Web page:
The actions in the action dropdown are as follows. The ksolve option generates a ksolve representation and opens a window with this text. The get scramble option will generate a scramble representation (once this works). The Schreier-Sims option runs that algorithm to calculate the state space of the puzzle; for large puzzles this may take a very long time. The canon sequence option runs a canonical sequence analysis; this does not (yet) take into account rotation reductions. The GAP and Mathematica options generate a permutation representation suitable for use in the respective programs. The SVG option generates an SVG image of the puzzle (but only in the solved state).
On the right side of the main display is the large algorithm textbox that can be edited normally. Moves you enter with the mouse will be automatically appended to this box, and possibly merged with the previous move if possible (but only in a very simple way). If there is a syntax error in the algorithm box the box will be red and the puzzle will be reset to solved, but editing will still work.
On the left side of the main display is the interactive display of the puzzle itself. If you hover on a particular face, the face name will be displayed. If you click near a grip, a counter-clockwise (left) move will be executed on the outermost layer of that grip; if you right-click, a clockwise move will be executed. The shift key when applied to a move will rotate either the second slice (with block moves unselected) or both the outer and the second slice (with block moves selected). Holding down the control key will do a full puzzle rotation around that grip (and this will show up as a move).
Below the puzzle representation are a set of control widgets. The horizontal bar has a scrubber knob that you can use to advance the algorithm to any particular point. Below this is a widget to turn on and off full-screen display (although doing a move with full-screen on currently kills full-screen), rewind, go back a move, animate or stop the animation, go forward a move, and go to the end. Any move made on the puzzle with the mouse automatically resets the puzzle display to the end (the only way to insert a move other than at the end or to do any other sort of editing is textually in the text input box).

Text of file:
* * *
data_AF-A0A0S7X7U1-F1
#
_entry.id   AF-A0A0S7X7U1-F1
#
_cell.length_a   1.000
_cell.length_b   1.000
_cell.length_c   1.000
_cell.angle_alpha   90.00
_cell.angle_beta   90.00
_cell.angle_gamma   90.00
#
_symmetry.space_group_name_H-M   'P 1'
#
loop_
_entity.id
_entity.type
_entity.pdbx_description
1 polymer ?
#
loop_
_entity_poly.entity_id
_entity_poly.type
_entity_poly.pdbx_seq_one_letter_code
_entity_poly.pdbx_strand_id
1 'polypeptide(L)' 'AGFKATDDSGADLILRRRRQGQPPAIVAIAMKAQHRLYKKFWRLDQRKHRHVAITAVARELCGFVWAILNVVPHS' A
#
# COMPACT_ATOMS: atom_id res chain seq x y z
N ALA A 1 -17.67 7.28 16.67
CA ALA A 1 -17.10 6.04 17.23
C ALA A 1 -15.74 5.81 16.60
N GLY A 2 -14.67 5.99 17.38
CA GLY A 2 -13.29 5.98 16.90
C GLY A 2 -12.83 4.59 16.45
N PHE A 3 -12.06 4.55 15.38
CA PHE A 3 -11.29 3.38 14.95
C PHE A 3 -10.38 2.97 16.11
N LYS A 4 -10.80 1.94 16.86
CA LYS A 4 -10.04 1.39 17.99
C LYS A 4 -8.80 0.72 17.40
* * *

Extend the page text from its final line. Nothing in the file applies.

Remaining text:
Puzzlegeometry can also be used from the command line. Usage is as follows:
node dist/bin/puzzle-geometry-bin.js [options] [puzzle]
where puzzle is either the name of the one of the predefined puzzles (see the dropdown in twizzle) or a puzzle geometry description such as c f 0.3333. The options are as follows:
-q, --quiet: be less verbose
-v, --verbose: be more verbose
--ksolve: generate ksolve output
--gap: generate gap output
--mathematica: generate mathematica output
--svg: generate svg output
--ss: execute the Schreier-Sims algorithm
--canon: do the canonical analysis
--optimize: optimize the representation
--allmoves: include moves for all slices
--outerblockmoves: prefer outer block moves to slice moves
--vertexmoves: prefer vertex moves to face moves on tetrahedron
--nocorners: disable corners
--noedges: disable edges
--nocenters: disable centers
--moves movelist: only include moves listed; moves separated by commas
The GAP output consists of a set of move definitions (all starting with M_) followed by a definition of Gen that is a list of all moves, and a variable ip which contains a set of tuples of identical pieces. To calculate the size of the supergroup (that is, not taking into account full-puzzle rotations or identical pieces), use the GAP command Size(Group(Gen));. To calculate how much this is reduced by identical pieces, use the GAP command Size(Stabilizer(Group(Gen), ip, OnTuplesSets));.
Twizzle is being developed by Tomas Rokicki and Lucas Garron. You can follow our progress at https:github.com/cubing/cubing.js.